University of Washington, Fred Hutchinson Cancer Research Center to Coordinate NHGRI Disease Studies
News Sep 06, 2007
The University of Washington and Fred Hutchinson Cancer Research Center have been awarded a four-year $4.8 million contract by the National Human Genome Research Institute (NHGRI) of the National Institutes of Health to coordinate activities for several whole-genome studies of human disease.
The new coordinating center will provide statistical and data-management advice and services to a number of specific disease studies across the United States. The studies will compare the genetic profiles of individuals with a certain disease to the profiles of healthy people to determine the location of the genes that contribute to the disease. The disease studies include:
• International Consortium to Identify Genes and Interactions Controlling Oral Clefts (Johns Hopkins University)
• Study of Addiction: Genetics and Environment (Washington University School of Medicine)
• Genome-wide Association for Gene-environment Interaction Effects Influencing Coronary Heart Disease (University of Texas Health Science Center)
• A Genome-wide Association in a Population-based Lung Cancer Study (National Cancer Institute)
• Genes and Environment Initiatives in Type 2 Diabetes (Harvard University)
• Genome-wide Association Mapping: Maternal Metabolism-birth Weight Interactions (Northwestern University)
• Dental Caries (Tooth Decay): Whole Genome Association and Gene x Environment Studies (University of Pittsburgh)
• Genome-wide Association Studies of Prematurity and Its Complications (University of Iowa)
"While there have been numerous individual studies at the UW and the Hutchinson Center, this is the first time we've coordinated multiple whole-genome association studies across the country at one time," said Dr. Bruce Weir, chair of the UW Department of Biostatistics and a member of the Public Health Sciences Division at Fred Hutchinson Cancer Research Center.
Weir, who has experience in developing statistical methodology for genetic data, is one of three principal investigators who will be leading the new coordinating center. Joining him are Dr. Lon Cardon, co-director of the Computational Biology Program and member of the Human Biology Division at Fred Hutchinson Cancer Research Center and UW professor of biostatistics, and Dr. Richard Kronmal, director of the UW Collaborative Health Studies Coordinating Center and UW professor of biostatistics, who has managed a number of similar multi-site studies. The coordinating center will involve additional faculty from the UW departments of biostatistics, epidemiology and genome sciences.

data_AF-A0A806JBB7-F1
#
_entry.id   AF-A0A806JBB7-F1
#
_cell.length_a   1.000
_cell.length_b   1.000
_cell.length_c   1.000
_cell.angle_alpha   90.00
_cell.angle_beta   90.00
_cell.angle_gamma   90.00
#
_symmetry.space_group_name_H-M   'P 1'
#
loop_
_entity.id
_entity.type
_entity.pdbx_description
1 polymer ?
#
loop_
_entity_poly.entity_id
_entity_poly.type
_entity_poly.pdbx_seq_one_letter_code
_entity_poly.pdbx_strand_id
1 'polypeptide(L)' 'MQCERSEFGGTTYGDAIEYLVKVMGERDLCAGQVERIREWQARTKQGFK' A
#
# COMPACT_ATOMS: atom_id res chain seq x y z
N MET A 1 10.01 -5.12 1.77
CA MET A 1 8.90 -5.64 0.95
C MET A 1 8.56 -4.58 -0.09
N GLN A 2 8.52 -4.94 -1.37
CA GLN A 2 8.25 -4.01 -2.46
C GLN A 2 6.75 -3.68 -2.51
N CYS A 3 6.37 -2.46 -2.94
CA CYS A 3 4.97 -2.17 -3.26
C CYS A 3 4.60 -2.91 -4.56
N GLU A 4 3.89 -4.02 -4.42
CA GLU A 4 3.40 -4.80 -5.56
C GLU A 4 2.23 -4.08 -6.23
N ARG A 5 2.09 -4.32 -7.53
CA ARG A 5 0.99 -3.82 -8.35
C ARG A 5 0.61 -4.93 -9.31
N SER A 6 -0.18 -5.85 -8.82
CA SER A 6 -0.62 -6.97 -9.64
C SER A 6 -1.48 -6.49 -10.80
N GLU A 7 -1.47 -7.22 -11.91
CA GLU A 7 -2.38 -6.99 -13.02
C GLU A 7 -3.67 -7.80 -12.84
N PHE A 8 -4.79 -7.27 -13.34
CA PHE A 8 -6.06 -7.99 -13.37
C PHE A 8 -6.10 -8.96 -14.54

"This is a first step in determining the genetic basis of disease and is necessary for the development of therapies and eventual cures," said Cardon, who recently led the statistical analysis of whole-genome studies for several diseases for the Wellcome Trust in the UK, the largest study to date of the genetics behind common diseases such as diabetes, rheumatoid arthritis and coronary heart disease.
Weir said the whole-genome association studies are possible because of the success of the Human Genome Project and the more recent international HapMap study of human genetic variation in several human populations, which explored how genes affect health, disease, and responses to drugs and environmental factors.
As genome editing technologies advance toward clinical therapies, they are raising hopes of a completely new way to treat disease. However, challenges need to be addressed before potential treatments can be widely used in patients. To tackle these challenges, the National Institutes of Health has launched the Somatic Cell Genome Editing program, which has awarded multiple grants including more than $3.6 million to assess the safety of genome editing in human cells and tissues.